John Dominis, [American athletes Tommie Smith and John Carlos protesting racial inequity with raised fists during national anthem at Olympics, Mexico City], October 16, 1968 (recto and verso) (1012.2005)
Fifty years ago today, as the American national anthem began to play during the awards ceremony to honor the winners of the 200-meter dash at the 1968 Olympics in Mexico City, American athletes Tommie Smith (gold) and John Carlos (bronze) bowed their heads, took off their shoes, and raised black-gloved fists in a Black Power salute; “…they wore gloves to represent black America, and removed their shoes and wore black socks to symbolize the poverty [and lack of health care] of the American black community. Smith wore a scarf and Carlos a bead necklace, recalling lynching…” All three athletes, including the Australian Peter Norman (silver), wore the round patch of the Olympic Project for Human Rights (OPHR), a short-lived (1967-1968) yet significant group in the long march for international racial equality. John Dominis “was one of the few photographers who happened to be in the media pen 20 feet away watching.” This print, a donation by Time-Life, was used for reproduction in numerous publications, including Life.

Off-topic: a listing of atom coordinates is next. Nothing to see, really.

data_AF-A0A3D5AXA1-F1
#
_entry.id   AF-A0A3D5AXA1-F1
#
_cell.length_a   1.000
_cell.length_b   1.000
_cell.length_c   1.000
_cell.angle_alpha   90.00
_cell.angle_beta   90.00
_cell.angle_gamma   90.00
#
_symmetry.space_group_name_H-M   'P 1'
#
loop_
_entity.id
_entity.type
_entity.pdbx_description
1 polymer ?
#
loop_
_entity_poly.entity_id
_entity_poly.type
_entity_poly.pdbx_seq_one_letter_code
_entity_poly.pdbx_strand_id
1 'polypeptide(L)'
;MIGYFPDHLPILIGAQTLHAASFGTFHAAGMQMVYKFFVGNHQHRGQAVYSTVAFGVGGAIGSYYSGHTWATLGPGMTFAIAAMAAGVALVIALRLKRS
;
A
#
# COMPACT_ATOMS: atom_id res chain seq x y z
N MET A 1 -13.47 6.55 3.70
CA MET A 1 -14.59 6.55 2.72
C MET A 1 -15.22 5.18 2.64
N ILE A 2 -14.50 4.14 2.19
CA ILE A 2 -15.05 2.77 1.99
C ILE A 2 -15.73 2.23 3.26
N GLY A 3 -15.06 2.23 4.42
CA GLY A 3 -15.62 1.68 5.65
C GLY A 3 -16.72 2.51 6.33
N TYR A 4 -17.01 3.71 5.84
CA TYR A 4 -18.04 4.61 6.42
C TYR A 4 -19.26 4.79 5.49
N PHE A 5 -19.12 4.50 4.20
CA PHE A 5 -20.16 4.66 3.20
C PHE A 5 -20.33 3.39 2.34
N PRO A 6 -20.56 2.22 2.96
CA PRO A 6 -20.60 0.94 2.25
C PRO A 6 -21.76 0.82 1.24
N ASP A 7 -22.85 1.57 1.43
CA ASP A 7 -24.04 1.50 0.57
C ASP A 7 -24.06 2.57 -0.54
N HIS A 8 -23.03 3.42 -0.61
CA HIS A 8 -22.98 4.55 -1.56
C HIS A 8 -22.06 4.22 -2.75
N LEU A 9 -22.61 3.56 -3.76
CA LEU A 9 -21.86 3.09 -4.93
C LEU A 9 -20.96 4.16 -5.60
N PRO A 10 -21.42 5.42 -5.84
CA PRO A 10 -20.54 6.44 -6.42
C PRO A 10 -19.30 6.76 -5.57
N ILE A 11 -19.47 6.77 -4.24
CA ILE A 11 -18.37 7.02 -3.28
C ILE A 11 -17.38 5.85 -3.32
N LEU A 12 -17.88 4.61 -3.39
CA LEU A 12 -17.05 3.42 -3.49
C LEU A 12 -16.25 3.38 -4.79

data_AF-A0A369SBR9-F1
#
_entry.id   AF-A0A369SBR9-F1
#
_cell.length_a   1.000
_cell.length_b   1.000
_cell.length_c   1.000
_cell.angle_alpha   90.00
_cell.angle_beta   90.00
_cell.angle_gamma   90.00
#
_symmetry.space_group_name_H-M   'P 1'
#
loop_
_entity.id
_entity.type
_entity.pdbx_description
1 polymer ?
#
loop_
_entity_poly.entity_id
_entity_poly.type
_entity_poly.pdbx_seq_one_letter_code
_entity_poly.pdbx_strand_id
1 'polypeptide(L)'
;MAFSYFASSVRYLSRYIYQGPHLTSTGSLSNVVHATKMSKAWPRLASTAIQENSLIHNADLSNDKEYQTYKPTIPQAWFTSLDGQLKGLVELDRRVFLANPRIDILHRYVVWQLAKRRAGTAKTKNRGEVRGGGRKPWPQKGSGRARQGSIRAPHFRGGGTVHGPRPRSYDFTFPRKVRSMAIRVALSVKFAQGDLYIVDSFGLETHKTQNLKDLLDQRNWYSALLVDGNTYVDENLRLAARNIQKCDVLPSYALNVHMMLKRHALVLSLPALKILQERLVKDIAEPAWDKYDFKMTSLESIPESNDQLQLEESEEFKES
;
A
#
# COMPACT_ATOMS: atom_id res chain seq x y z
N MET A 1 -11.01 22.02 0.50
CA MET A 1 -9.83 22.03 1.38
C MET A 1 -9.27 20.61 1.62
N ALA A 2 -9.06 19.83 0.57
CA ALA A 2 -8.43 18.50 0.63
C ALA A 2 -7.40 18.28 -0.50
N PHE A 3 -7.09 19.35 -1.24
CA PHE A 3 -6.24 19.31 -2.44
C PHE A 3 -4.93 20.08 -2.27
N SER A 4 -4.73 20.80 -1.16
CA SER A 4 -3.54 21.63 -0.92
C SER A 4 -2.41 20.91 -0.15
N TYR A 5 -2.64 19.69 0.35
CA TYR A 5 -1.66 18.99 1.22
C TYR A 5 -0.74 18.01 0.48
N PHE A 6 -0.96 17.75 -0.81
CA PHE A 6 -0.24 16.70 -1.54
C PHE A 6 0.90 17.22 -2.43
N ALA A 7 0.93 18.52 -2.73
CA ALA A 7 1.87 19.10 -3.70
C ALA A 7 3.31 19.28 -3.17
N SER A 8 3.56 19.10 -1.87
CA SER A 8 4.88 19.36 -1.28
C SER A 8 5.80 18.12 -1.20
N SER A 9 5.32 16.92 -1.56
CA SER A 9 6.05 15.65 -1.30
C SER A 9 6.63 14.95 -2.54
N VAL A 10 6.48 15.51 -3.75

Guardian, March 30, 2012, “The man who raised a black power salute at the 1968 Olympic Games”
The Nation, July 25, 2012, “Fists of Freedom: An Olympic Story Not Taught in School”
University of Texas at Austin, “A Guide to the John Dominis Photographic Archive, 1952-2005”
Z Magazine, December 1, 2003, “An Interview with John Carlos, By Dave Zirin”